if _, err := rand.Read(data[:]); err != nil {
        return "", err
    return base64.RawURLEncoding.EncodeToString(data[:]), nil

// insert inserts a URL into the database.
func insert(ctx context.Context, id, url string) error {
    _, err := sqldb.Exec(ctx, `
        INSERT INTO url (id, original_url)
        VALUES ($1, $2)
    `, id, url)
    return err
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As you can see there's no Kubernetes configuration or other infrastructure config. It's all Go code, and almost only business logic.

We've simply defined an API endpoint by using the //encore:api annotation and have imported the package.

At compile time, Encore parses the code to understand what the infrastructure requirements are to run the application and then generates the boilerplate code necessary.

When running locally, the CLI takes care of setting up local versions of the infrastructure, and in the cloud Encore provisions the cloud services you need based on your configuration options when you create an environment. Now, let's go ahead and do just that!

โ›…๏ธ Connect your cloud account

First, we need to connect a cloud account to Encore. Do this by the Cloud Dashboard > (Select your app) > App Settings > Integrations > Connect Cloud.


If you are using AWS, follow the instructions on the page to create an IAM Role, and then connect the role with Encore.

For your security, make sure to check Require external ID and specify the external ID provided in the instructions.

Connect AWS


If you are using GCP, follow the instructions on the screen to create a GCP Service Account for your Encore application.

Note: You need to have a GCP Organization account to be able to create service accounts.

Connect GPC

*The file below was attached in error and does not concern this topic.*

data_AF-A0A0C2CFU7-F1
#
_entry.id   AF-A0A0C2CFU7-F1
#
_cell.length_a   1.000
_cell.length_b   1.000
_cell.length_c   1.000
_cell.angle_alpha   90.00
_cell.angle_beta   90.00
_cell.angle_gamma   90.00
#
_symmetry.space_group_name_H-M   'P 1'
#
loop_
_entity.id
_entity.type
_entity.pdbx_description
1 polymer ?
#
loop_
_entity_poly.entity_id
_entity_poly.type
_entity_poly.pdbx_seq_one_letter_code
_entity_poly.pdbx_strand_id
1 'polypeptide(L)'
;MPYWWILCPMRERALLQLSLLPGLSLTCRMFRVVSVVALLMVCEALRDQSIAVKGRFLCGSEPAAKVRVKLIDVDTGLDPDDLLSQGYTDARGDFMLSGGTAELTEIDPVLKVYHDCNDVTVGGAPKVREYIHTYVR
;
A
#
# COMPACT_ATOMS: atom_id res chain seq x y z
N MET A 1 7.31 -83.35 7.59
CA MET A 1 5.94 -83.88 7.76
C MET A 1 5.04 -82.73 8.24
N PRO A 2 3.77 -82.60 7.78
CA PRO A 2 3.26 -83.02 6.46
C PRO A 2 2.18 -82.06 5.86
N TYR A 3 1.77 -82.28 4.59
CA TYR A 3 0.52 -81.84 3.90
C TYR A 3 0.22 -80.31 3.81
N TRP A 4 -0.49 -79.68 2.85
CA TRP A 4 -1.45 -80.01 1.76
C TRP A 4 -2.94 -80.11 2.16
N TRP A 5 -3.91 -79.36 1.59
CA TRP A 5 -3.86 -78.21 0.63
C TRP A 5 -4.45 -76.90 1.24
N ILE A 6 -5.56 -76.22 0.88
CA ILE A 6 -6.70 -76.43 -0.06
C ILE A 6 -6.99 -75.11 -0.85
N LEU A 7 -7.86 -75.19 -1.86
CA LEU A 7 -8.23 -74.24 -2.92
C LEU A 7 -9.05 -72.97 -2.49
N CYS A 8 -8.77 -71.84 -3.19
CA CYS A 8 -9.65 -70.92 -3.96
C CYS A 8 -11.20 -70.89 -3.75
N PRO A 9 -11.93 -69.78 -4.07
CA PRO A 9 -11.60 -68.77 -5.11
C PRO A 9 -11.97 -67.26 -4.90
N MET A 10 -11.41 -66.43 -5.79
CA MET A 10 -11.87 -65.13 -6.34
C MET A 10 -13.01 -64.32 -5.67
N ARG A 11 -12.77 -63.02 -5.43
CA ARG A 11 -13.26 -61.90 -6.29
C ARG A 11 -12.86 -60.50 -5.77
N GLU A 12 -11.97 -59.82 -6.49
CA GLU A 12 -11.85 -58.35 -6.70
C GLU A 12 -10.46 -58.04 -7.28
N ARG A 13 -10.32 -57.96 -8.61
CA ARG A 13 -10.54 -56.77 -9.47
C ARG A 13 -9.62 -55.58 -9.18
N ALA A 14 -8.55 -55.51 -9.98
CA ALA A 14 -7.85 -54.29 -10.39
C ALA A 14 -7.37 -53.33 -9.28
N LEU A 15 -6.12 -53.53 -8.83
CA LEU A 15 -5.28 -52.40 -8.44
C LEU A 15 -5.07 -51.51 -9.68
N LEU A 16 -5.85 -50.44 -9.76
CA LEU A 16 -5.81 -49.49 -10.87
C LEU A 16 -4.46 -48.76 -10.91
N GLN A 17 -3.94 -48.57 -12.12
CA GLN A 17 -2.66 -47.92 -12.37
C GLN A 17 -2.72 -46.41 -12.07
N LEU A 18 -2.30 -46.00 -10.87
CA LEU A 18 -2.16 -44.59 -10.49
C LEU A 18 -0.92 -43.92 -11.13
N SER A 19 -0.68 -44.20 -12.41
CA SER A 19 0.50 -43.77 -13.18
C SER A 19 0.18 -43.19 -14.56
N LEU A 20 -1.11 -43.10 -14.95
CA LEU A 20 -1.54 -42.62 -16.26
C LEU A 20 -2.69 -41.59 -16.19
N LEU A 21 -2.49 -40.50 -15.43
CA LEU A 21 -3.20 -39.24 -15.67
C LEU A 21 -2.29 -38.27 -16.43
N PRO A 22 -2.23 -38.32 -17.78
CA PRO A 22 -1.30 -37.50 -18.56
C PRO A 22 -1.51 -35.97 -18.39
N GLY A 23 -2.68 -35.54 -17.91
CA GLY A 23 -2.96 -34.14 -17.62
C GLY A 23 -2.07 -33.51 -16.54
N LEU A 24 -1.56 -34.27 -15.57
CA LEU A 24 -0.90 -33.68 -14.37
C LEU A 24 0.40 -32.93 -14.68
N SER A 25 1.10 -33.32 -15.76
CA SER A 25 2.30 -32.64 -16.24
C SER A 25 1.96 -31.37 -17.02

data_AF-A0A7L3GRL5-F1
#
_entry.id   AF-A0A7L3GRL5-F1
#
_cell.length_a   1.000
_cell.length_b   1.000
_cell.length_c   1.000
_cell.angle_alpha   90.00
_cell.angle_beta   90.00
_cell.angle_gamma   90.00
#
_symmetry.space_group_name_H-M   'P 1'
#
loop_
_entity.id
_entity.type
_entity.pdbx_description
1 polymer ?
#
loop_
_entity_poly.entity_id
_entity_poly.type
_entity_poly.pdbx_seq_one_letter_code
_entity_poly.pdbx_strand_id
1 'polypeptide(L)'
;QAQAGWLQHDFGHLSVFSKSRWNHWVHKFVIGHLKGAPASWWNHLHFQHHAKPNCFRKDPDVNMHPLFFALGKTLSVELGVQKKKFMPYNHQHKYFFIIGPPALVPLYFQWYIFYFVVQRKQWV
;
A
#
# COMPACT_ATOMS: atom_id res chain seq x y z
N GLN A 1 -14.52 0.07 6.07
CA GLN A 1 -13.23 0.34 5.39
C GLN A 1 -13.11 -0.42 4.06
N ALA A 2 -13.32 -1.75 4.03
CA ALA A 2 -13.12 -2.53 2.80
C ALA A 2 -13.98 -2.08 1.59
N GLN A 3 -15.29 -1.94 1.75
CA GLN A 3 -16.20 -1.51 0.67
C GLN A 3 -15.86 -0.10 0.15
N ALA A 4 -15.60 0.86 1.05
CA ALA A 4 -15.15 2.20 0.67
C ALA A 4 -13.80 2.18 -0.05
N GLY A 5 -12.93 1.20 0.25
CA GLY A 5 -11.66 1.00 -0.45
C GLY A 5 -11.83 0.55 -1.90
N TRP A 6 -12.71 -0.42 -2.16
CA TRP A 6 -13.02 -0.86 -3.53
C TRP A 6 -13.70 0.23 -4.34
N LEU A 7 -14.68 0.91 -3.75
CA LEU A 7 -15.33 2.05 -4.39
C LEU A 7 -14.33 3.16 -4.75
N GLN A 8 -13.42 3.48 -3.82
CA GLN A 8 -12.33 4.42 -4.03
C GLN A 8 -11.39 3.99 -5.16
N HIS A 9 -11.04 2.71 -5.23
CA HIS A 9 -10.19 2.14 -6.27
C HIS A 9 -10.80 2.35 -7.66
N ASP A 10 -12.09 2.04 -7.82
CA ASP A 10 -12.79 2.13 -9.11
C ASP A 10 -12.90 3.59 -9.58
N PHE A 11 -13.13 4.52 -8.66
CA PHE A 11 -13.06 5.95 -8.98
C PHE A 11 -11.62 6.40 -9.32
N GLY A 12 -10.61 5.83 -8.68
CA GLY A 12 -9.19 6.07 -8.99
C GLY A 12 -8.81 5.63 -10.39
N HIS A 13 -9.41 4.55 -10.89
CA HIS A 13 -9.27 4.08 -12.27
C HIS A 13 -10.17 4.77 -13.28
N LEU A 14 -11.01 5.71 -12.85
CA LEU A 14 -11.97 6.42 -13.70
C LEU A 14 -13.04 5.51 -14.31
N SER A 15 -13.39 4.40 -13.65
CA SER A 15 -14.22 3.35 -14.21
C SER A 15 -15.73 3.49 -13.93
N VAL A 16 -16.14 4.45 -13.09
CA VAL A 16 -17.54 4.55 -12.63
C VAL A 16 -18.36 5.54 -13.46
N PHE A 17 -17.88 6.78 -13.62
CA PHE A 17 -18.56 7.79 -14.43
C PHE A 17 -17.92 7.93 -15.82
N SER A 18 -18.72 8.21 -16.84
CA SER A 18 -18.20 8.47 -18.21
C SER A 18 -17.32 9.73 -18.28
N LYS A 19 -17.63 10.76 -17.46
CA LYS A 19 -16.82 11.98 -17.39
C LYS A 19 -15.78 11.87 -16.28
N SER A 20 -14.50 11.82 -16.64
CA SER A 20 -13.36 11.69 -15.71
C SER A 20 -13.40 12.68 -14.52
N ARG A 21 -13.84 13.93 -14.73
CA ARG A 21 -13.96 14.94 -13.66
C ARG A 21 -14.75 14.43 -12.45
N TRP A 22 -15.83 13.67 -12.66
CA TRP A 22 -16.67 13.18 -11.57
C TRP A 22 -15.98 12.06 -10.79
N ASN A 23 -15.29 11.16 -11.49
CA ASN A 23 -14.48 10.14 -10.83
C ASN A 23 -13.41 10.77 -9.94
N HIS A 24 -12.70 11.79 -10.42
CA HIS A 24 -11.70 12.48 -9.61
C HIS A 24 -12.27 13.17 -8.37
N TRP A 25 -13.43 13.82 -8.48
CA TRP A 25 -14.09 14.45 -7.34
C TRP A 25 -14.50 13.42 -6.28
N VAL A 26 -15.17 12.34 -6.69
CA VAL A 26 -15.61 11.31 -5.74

๐Ÿ–ผ Create Environment

Once you've connected your account, it's time to create a new environment. Do this by going to the Environments page in Encore's Cloud Dashboard and clicking Create Environment.

From this page, you can configure:

  • Which cloud to deploy to (Select the one you connect your account for)
  • Region (Select the one you prefer)
  • Compute instance (Select Kubernetes)
  • Process allocation (Select All processes in one service)

Then click Create to save your environment.๐Ÿ’พ

Create environment

Finally, let's make sure the environment we just created is set as the default deployment target:

  • Go to General in the application settings menu
  • Under Primary Environment select the environment you just created and click Update.

Now we're ready to deploy!โœจ

๐Ÿš€ Deploy to Kubernetes

Before pushing the button, remember: Encore will provision a real-live Kubernetes cluster in your account, along with best practices security measures. This means deploying will incur a cost on your account.๐Ÿค‘

To deploy your app and create a new Kubernetes cluster, simply run:

$ git add -A .
$ git commit -m 'Initial commit'
$ git push encore
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Encore will now build and test your app, provision the needed infrastructure, including a Kubernetes cluster and database cluster, and deploy your application to the cloud.๐Ÿš€

After triggering the deployment, you will see a URL where you can view its progress in Encore's Cloud Dashboard.๐Ÿ‘ˆ

It will look something like:$APP_ID/deploys/...

From there you can also see metrics, traces, and connect your GitHub account.

๐ŸŽ‰Now you have a fully-fledged Go backend running in Kubernetes, well done!

Note: If you want to keep costs in check, you should delete all the resources created if you don't want to keep using your new cluster. This is easy to do from your cloud provider's console.

๐Ÿฐ Great job - you're done!

You now have the start of a scalable Go backend app running in the cloud.

Keep building with these Open Source Encore App Templates.๐Ÿ‘ˆ

If you have questions or want to share your work, join the developers hangout in Encore's community Slack.๐Ÿ‘ˆ